Dad Podcast

Separation Anxiety – Helping Your Child Manage Their Fears and Nerves – Dudes To Dads Ep 122

Nearly every child goes through a period when they get really clingy and get upset if their parent is leaving. Babies can show signs of it around 6-7 months. It typically peaks around 10-18 months and reduces when they are about 2 years old. For episode 122, we discuss some things you can do help your baby and child:

– Get familiar with the caregiver. If you have a brand new person watching the baby, this may prove to be difficult. Give the baby some time to get to know the person who is taking care of them.

– Start small – When they are real young, try to start with a short amount of time. Maybe it’s half an hour or hour at first

– Say goodbye – Don’t sneak out the back. You disappearing isn’t very nice. Don’t cry or make it dramatic, just say a nice simple goodbye and give them a quick kiss or hug. Don’t make a big deal out of it.

– Make it Routine – You should practice leaving every once in a while. Having the child always with you at every moment will have them expect that. It’s ok to have some alone time, and it’s healthy for the child to develop that ability to be apart.

So what happens when your child continues to have separation anxiety as they get older?
According to webmd, if the child is over 6 years old and still having an extreme fear, they may have Separation Anxiety Disorder. This effects approx 4-5% of children in the US ages 7-11. It only effects 1.3% of teens. Both boys and girls are equal. It’s usually is treated with either psychotherapy or medications including some kind of anti-depressant or anti-anxiety medication. If you do have a situation like this, I would suggest you seek professional help. There are things your child can learn as well as how you deal with them.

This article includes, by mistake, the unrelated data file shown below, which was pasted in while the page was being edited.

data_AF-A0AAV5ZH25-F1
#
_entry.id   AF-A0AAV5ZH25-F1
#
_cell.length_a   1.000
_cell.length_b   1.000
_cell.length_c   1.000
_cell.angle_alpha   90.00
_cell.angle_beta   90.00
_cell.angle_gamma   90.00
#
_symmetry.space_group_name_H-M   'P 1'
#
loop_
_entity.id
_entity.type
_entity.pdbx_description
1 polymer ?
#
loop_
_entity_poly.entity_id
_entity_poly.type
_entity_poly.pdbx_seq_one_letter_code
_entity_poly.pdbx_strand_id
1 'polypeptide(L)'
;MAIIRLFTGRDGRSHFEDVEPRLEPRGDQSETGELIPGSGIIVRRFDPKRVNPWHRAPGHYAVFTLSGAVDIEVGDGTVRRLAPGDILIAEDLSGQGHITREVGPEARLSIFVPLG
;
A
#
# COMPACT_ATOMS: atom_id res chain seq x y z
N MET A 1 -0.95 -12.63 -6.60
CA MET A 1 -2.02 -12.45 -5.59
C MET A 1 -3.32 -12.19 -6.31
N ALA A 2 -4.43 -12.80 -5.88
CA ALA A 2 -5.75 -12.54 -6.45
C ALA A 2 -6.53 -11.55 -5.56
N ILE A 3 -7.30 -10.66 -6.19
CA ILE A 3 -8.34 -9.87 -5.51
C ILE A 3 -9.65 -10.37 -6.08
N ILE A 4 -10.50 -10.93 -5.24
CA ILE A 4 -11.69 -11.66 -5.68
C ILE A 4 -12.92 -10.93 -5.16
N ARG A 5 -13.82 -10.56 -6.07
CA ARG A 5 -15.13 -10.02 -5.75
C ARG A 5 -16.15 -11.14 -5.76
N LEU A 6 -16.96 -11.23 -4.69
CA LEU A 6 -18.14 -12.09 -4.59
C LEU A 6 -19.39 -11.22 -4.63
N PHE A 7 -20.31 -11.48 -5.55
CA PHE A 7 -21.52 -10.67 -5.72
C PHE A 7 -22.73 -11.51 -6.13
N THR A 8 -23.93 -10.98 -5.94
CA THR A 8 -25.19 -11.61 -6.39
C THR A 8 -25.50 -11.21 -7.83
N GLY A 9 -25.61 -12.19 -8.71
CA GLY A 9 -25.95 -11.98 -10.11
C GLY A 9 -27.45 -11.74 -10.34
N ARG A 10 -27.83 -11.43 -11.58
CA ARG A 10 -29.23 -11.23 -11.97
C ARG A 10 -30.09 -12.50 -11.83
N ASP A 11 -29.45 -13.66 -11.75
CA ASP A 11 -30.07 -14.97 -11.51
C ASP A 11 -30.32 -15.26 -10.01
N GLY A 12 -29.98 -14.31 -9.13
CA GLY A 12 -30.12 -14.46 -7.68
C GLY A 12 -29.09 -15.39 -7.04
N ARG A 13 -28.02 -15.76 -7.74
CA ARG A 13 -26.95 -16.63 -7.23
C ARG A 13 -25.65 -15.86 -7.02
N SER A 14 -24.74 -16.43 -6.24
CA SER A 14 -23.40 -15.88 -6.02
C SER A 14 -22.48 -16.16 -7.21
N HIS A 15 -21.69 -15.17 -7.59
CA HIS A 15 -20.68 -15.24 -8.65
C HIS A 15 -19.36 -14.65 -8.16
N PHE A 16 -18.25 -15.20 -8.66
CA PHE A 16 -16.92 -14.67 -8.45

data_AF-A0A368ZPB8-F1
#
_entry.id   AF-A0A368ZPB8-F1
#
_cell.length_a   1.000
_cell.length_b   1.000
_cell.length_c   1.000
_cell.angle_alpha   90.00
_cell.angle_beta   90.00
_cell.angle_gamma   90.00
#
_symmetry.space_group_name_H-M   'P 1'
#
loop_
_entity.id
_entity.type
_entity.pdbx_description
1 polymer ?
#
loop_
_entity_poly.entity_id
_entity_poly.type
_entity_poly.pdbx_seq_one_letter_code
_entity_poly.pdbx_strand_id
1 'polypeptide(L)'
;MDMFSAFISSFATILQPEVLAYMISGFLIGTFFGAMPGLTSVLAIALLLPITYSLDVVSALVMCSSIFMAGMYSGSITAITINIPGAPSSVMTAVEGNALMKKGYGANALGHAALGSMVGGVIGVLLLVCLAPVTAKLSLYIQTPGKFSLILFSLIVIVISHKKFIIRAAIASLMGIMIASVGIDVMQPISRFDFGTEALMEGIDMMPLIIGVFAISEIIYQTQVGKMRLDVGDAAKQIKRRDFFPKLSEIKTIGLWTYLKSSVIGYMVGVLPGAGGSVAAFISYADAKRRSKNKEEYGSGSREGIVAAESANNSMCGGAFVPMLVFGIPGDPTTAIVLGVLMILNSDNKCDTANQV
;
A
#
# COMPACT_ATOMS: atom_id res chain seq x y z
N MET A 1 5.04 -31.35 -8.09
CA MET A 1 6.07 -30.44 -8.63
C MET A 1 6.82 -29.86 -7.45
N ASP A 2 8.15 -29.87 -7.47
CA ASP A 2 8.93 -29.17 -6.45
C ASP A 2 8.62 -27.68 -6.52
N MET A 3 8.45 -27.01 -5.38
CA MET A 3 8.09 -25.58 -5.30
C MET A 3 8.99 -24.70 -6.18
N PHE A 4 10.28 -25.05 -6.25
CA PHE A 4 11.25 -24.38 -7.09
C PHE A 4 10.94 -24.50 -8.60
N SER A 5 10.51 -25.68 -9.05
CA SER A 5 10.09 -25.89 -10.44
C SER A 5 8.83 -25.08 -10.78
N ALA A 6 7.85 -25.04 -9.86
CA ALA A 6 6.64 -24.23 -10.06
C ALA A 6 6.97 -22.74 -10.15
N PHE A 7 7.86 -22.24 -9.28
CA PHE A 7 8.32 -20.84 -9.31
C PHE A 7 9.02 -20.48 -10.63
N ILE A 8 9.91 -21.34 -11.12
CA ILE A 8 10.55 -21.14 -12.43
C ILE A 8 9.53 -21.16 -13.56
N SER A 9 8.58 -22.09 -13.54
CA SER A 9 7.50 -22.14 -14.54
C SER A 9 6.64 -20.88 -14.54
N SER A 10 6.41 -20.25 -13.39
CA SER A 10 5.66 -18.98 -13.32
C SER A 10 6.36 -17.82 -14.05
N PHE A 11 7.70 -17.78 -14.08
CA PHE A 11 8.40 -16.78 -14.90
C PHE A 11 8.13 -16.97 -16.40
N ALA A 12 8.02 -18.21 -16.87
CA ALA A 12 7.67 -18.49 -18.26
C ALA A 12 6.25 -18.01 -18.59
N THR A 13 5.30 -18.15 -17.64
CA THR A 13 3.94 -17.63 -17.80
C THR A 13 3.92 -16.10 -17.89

I think as parents, we often worry that because they are exeriencing these things (even when they are very young), they will have this forever. The good news is that it’s really a small percentage.

They key is re-inforcing your child’s independence and self-esteem. Allow them to do things for themselves. Allow them to try and fail. We on’t need to do everything for them. While we may have good intentions, it’s really not helping them. This can be from carrying things for them, getting them dressed, feeding them, cleaning up after them, and so many other tasks we do for them. Help them build the skills to handle these things themselves. It will help you and them.

Share Your Thoughts!



Let's get social on Twitter, Facebook, and LinkedIn!